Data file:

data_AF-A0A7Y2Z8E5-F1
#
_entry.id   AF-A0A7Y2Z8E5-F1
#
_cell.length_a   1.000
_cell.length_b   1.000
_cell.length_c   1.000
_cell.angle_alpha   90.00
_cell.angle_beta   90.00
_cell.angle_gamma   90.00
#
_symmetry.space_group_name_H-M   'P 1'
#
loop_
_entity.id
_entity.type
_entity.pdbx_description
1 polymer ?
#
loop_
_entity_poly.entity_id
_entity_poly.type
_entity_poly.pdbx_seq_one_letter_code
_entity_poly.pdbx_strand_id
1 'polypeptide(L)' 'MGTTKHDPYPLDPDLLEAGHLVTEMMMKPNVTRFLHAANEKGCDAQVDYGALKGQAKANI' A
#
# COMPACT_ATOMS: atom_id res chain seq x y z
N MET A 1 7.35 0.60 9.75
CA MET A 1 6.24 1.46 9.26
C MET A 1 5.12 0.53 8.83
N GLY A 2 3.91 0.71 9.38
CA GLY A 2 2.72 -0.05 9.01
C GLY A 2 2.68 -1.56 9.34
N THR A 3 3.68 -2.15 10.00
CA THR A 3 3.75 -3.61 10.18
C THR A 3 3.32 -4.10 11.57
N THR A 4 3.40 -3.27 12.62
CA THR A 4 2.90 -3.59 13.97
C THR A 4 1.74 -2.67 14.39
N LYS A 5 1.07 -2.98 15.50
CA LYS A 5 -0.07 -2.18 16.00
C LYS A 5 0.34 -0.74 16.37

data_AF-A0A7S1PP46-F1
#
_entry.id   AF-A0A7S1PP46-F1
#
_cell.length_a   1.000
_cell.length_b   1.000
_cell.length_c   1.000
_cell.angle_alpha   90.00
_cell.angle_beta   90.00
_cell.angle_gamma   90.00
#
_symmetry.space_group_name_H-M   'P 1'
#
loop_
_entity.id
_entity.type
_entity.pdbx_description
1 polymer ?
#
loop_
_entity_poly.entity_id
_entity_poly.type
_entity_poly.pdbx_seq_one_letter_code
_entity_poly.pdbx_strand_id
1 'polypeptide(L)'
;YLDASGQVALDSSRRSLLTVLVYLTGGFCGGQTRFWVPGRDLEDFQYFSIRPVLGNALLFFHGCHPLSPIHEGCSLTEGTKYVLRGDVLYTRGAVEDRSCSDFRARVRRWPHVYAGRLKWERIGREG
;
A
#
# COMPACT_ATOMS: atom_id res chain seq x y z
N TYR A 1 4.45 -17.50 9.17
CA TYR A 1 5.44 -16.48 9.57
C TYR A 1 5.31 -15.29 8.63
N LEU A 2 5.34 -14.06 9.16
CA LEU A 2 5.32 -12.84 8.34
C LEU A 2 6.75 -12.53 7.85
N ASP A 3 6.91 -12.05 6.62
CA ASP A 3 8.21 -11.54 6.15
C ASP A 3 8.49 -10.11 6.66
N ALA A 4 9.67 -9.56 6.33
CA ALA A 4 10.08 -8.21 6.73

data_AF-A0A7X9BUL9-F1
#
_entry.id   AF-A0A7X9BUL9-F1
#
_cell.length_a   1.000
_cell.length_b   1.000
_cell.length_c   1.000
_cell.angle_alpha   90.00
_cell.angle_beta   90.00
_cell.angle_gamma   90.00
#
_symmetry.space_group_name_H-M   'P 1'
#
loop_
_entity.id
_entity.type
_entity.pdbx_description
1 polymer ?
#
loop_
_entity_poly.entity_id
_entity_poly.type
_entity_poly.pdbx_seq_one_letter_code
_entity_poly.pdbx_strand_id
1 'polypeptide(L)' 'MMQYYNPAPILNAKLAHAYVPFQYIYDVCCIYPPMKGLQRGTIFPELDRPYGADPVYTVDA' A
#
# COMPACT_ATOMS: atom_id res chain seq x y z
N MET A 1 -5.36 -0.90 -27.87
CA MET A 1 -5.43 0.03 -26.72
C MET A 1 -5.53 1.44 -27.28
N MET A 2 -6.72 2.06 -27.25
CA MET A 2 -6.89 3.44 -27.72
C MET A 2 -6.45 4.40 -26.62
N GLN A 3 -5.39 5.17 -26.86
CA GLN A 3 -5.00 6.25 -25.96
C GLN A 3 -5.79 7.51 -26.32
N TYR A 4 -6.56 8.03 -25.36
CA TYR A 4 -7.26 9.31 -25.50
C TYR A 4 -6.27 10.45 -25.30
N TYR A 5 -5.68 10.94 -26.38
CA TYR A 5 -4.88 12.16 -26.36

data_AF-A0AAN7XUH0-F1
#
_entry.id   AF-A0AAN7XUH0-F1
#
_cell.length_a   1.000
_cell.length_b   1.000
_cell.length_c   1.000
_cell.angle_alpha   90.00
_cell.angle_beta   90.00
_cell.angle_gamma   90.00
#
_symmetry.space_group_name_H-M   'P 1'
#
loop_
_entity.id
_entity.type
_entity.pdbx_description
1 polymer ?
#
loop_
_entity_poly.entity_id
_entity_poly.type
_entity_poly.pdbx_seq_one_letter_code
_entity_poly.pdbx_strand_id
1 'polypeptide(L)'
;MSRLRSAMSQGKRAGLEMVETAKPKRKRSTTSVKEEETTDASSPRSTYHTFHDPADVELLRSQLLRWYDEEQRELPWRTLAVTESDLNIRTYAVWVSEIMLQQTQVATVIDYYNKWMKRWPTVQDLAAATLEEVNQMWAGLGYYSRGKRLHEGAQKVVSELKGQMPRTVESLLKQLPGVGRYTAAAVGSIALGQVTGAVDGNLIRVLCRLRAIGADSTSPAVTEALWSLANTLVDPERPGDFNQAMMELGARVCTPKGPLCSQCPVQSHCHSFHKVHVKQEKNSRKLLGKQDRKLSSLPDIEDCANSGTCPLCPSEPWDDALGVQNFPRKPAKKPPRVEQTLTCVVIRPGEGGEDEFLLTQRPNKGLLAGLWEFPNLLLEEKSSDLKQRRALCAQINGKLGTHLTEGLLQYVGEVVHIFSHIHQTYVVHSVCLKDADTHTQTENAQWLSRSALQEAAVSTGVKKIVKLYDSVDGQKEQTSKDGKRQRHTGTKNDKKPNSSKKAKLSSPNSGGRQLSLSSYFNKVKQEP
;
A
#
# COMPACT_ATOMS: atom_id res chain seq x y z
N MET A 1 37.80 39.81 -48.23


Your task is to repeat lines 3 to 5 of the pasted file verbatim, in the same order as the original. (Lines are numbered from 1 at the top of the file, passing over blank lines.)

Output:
_entry.id   AF-A0A7Y2Z8E5-F1
#
_cell.length_a   1.000